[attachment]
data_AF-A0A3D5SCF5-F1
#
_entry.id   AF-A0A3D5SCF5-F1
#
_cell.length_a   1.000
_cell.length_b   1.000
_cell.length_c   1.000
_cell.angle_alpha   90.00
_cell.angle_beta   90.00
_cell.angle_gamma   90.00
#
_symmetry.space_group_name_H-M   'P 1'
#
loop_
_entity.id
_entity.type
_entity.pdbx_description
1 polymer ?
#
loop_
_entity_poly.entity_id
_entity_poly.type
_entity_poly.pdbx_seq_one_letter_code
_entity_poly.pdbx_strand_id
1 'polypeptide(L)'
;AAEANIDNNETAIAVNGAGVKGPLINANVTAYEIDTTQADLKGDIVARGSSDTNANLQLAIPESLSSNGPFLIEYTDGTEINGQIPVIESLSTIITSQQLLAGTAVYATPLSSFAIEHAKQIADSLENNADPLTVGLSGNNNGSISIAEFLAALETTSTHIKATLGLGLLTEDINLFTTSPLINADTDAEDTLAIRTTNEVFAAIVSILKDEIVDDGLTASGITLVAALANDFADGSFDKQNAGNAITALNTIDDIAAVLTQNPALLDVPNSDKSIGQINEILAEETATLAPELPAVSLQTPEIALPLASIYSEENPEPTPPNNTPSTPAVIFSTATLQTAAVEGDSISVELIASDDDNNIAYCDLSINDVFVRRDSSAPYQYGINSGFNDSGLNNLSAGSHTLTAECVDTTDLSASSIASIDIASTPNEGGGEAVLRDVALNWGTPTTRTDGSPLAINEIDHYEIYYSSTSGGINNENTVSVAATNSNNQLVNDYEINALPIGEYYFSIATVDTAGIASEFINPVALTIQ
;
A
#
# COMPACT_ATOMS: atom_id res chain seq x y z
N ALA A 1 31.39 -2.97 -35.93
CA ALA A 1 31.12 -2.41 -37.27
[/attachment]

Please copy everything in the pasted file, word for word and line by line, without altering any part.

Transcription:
data_AF-A0A3D5SCF5-F1
#
_entry.id   AF-A0A3D5SCF5-F1
#
_cell.length_a   1.000
_cell.length_b   1.000
_cell.length_c   1.000
_cell.angle_alpha   90.00
_cell.angle_beta   90.00
_cell.angle_gamma   90.00
#
_symmetry.space_group_name_H-M   'P 1'
#
loop_
_entity.id
_entity.type
_entity.pdbx_description
1 polymer ?
#
loop_
_entity_poly.entity_id
_entity_poly.type
_entity_poly.pdbx_seq_one_letter_code
_entity_poly.pdbx_strand_id
1 'polypeptide(L)'
;AAEANIDNNETAIAVNGAGVKGPLINANVTAYEIDTTQADLKGDIVARGSSDTNANLQLAIPESLSSNGPFLIEYTDGTEINGQIPVIESLSTIITSQQLLAGTAVYATPLSSFAIEHAKQIADSLENNADPLTVGLSGNNNGSISIAEFLAALETTSTHIKATLGLGLLTEDINLFTTSPLINADTDAEDTLAIRTTNEVFAAIVSILKDEIVDDGLTASGITLVAALANDFADGSFDKQNAGNAITALNTIDDIAAVLTQNPALLDVPNSDKSIGQINEILAEETATLAPELPAVSLQTPEIALPLASIYSEENPEPTPPNNTPSTPAVIFSTATLQTAAVEGDSISVELIASDDDNNIAYCDLSINDVFVRRDSSAPYQYGINSGFNDSGLNNLSAGSHTLTAECVDTTDLSASSIASIDIASTPNEGGGEAVLRDVALNWGTPTTRTDGSPLAINEIDHYEIYYSSTSGGINNENTVSVAATNSNNQLVNDYEINALPIGEYYFSIATVDTAGIASEFINPVALTIQ
;
A
#
# COMPACT_ATOMS: atom_id res chain seq x y z
N ALA A 1 31.39 -2.97 -35.93
CA ALA A 1 31.12 -2.41 -37.27